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Are White LED Lights Good For Growing?

Last updated March 1, 2020 By Steven Leave a Comment

It just keeps getting more confusing.

First we were told that plants want red and blue light, because other wavelengths, like green and yellow, are not absorbed during photosynthesis.

Giving your plants white light, which contains a lot of green and yellow wavelengths, means paying for a lot of light that simply goes to waste.

We were told that is why LED fixtures with red and blue diodes are more efficient. You are not wasting money on electricity to create light that plants don’t even want.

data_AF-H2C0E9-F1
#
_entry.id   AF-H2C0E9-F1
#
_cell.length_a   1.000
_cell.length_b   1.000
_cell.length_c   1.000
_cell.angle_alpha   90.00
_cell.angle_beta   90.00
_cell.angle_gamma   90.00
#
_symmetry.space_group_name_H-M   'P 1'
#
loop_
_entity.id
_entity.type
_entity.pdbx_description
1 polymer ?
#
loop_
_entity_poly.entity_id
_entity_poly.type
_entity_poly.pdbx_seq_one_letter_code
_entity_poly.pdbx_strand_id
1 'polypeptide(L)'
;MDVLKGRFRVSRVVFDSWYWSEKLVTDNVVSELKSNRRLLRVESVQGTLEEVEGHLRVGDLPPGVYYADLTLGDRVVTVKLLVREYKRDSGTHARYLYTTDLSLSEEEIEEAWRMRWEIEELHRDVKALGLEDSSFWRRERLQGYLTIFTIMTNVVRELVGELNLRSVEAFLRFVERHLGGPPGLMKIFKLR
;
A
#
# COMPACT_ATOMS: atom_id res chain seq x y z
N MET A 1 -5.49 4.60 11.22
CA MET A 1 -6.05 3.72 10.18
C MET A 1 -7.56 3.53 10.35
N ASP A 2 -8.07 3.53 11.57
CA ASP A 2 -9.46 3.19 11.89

And it made sense.

But now we are being told the opposite. That full-spectrum white light is, in fact, better.

And it makes sense too.

So what’s the truth? Is white light any good for growing plants?

Short answer: it is. It is better than LEDs that have only blue and yellow light.

And by adding additional diodes, we can make it even better. But before we get to that, let’s take a closer look at what a white LED light actually is. Because it’s not white.

What Is A White LED?

Let me explain what I mean and clear up a misconception at the same time. White LEDs aren’t actually white.

The first “white” LEDs were actually a red, green and blue LED packed into a single diode. Mixing these three colors together leads to white light. Altering the proportions of each gives different color temperatures.

This same combination of three LEDs, often with a fourth added in to flesh out the spectrum, is still used today for some applications. But it is not the way the “white” diodes that we see in grow lights are made.